One of the strange anomalies of Ireland in the 1950s was the influx of great Dutch designers. For those of you who – like me – wondered why so many trendy Hollanders would leave Amsterdam for the dark, repressed Ireland of the 50s, you’ll get an insight into their thinking here in Oranje & Green: Holland - Ireland Design Connections 1951 - 2002 by Conor Clarke of Design Factory.
When the Dutch came to Ireland, they certainly made an impact as the author explained in a recent interview: “Many of them had been trained with Bauhaus principles and introduced the use of flat colours, sans serif typography and the grid. They also did unusual things like turn up on time for meetings, meet their deadlines and produce work of such a high standard that some would later remark that this work from the 1950s and '60s was probably 'the most notable graphic design ever produced in Ireland'.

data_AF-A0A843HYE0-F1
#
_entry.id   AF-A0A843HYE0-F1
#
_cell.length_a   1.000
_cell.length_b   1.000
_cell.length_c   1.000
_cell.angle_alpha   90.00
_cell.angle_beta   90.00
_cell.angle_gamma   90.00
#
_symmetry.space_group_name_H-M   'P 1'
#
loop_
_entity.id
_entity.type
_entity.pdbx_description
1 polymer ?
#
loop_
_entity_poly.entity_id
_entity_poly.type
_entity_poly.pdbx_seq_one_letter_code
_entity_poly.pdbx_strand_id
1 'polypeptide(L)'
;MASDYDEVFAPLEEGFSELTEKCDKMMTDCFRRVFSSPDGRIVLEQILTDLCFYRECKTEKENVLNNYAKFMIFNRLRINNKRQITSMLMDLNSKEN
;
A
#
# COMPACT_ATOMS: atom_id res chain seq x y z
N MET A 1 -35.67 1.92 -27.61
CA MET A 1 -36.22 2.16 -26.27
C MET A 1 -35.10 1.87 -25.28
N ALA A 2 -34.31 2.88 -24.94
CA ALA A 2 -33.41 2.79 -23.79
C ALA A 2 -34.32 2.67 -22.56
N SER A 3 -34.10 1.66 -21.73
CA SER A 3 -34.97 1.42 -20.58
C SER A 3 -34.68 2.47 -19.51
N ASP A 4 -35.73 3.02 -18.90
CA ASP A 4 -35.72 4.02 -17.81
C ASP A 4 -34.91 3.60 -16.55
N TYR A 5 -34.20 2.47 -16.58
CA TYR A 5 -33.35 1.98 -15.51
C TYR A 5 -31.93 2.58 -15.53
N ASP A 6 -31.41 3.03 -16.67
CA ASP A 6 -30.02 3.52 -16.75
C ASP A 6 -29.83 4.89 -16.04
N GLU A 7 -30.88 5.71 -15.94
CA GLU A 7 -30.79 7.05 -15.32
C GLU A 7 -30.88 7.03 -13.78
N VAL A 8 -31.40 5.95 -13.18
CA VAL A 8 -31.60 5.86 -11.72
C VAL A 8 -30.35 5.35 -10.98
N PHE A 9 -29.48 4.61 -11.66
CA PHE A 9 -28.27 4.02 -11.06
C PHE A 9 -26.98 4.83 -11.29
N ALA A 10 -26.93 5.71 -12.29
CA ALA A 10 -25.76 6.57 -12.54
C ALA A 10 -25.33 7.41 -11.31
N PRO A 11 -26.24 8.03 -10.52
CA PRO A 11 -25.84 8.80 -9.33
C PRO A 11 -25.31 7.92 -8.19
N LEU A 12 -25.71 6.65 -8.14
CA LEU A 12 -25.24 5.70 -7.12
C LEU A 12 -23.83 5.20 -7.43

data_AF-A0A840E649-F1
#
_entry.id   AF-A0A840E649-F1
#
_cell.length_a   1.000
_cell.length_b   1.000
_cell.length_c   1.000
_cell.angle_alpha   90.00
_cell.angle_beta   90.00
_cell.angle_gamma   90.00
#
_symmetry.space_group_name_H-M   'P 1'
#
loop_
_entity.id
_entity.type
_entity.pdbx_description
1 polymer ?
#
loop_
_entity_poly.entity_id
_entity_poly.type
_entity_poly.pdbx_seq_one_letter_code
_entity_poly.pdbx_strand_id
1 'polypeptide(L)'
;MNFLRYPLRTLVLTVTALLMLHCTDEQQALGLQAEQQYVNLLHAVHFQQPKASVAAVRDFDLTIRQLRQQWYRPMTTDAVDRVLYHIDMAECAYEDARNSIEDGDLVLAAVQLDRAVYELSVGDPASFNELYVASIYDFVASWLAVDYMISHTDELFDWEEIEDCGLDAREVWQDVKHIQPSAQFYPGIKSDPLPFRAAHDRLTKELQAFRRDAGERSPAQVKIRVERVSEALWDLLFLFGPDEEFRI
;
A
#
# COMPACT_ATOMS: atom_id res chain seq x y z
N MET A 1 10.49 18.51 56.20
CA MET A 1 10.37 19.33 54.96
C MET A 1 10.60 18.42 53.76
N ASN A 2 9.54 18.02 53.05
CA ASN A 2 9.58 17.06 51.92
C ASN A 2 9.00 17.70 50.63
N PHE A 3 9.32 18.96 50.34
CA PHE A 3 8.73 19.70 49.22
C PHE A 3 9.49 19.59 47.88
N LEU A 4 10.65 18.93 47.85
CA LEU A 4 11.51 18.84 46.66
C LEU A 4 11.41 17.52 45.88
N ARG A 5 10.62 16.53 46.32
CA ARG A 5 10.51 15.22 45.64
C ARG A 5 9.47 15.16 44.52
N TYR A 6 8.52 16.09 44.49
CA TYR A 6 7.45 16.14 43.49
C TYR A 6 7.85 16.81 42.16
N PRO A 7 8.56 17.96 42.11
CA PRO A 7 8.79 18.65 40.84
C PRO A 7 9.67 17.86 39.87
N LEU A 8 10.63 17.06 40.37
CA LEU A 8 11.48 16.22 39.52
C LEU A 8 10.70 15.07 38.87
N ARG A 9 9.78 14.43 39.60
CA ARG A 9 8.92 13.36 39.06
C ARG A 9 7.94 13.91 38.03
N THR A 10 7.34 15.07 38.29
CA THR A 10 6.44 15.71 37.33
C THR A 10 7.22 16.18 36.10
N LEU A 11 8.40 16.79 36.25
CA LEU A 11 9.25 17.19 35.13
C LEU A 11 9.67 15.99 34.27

The key figures from this period – figures that undoubtedly gave Irish advertising a continental perspective in terms of design – included: Guus Melai, Jan de Fouw, Bert van Embden, Willem van Velzen and Gerrit van Gelderen. And with Irish copywriters of the time starting to develop a distinct style, it all paved the way for a terrific period in Irish advertising.
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